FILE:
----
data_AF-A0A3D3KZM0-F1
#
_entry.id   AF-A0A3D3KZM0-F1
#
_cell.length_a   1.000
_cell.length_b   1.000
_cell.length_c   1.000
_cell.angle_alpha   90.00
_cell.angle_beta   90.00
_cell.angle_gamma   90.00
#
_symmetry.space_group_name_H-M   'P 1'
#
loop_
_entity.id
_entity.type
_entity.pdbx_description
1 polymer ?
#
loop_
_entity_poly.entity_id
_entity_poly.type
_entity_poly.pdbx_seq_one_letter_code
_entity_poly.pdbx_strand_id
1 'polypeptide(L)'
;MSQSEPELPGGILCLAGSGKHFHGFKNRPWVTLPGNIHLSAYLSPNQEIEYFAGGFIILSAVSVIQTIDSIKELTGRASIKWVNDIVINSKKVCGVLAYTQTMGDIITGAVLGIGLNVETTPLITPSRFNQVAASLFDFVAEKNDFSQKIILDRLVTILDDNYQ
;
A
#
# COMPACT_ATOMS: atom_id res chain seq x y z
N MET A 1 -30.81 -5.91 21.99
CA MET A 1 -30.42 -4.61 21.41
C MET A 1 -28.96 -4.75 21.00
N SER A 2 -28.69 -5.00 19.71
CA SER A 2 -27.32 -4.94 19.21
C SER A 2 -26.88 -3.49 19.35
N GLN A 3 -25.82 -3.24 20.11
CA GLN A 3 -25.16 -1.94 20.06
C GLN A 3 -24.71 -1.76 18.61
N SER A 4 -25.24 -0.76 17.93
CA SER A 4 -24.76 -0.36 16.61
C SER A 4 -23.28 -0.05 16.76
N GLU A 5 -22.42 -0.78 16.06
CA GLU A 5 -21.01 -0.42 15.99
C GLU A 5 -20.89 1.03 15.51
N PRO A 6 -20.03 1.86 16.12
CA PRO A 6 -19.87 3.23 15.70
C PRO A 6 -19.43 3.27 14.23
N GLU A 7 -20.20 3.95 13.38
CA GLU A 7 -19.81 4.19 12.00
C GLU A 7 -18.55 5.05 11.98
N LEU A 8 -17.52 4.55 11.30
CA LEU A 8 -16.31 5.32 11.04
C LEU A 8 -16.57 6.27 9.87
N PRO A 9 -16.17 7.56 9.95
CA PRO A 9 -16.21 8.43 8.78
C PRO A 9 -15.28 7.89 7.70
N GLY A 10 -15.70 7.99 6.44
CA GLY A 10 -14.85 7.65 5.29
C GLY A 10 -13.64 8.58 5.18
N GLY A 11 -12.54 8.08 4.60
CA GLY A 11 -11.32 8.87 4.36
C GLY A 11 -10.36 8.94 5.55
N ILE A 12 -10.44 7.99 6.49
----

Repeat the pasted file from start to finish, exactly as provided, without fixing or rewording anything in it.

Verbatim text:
data_AF-A0A3D3KZM0-F1
#
_entry.id   AF-A0A3D3KZM0-F1
#
_cell.length_a   1.000
_cell.length_b   1.000
_cell.length_c   1.000
_cell.angle_alpha   90.00
_cell.angle_beta   90.00
_cell.angle_gamma   90.00
#
_symmetry.space_group_name_H-M   'P 1'
#
loop_
_entity.id
_entity.type
_entity.pdbx_description
1 polymer ?
#
loop_
_entity_poly.entity_id
_entity_poly.type
_entity_poly.pdbx_seq_one_letter_code
_entity_poly.pdbx_strand_id
1 'polypeptide(L)'
;MSQSEPELPGGILCLAGSGKHFHGFKNRPWVTLPGNIHLSAYLSPNQEIEYFAGGFIILSAVSVIQTIDSIKELTGRASIKWVNDIVINSKKVCGVLAYTQTMGDIITGAVLGIGLNVETTPLITPSRFNQVAASLFDFVAEKNDFSQKIILDRLVTILDDNYQ
;
A
#
# COMPACT_ATOMS: atom_id res chain seq x y z
N MET A 1 -30.81 -5.91 21.99
CA MET A 1 -30.42 -4.61 21.41
C MET A 1 -28.96 -4.75 21.00
N SER A 2 -28.69 -5.00 19.71
CA SER A 2 -27.32 -4.94 19.21
C SER A 2 -26.88 -3.49 19.35
N GLN A 3 -25.82 -3.24 20.11
CA GLN A 3 -25.16 -1.94 20.06
C GLN A 3 -24.71 -1.76 18.61
N SER A 4 -25.24 -0.76 17.93
CA SER A 4 -24.76 -0.36 16.61
C SER A 4 -23.28 -0.05 16.76
N GLU A 5 -22.42 -0.78 16.06
CA GLU A 5 -21.01 -0.42 15.99
C GLU A 5 -20.89 1.03 15.51
N PRO A 6 -20.03 1.86 16.12
CA PRO A 6 -19.87 3.23 15.70
C PRO A 6 -19.43 3.27 14.23
N GLU A 7 -20.20 3.95 13.38
CA GLU A 7 -19.81 4.19 12.00
C GLU A 7 -18.55 5.05 11.98
N LEU A 8 -17.52 4.55 11.30
CA LEU A 8 -16.31 5.32 11.04
C LEU A 8 -16.57 6.27 9.87
N PRO A 9 -16.17 7.56 9.95
CA PRO A 9 -16.21 8.43 8.78
C PRO A 9 -15.28 7.89 7.70
N GLY A 10 -15.70 7.99 6.44
CA GLY A 10 -14.85 7.65 5.29
C GLY A 10 -13.64 8.58 5.18
N GLY A 11 -12.54 8.08 4.60
CA GLY A 11 -11.32 8.87 4.36
C GLY A 11 -10.36 8.94 5.55
N ILE A 12 -10.44 7.99 6.49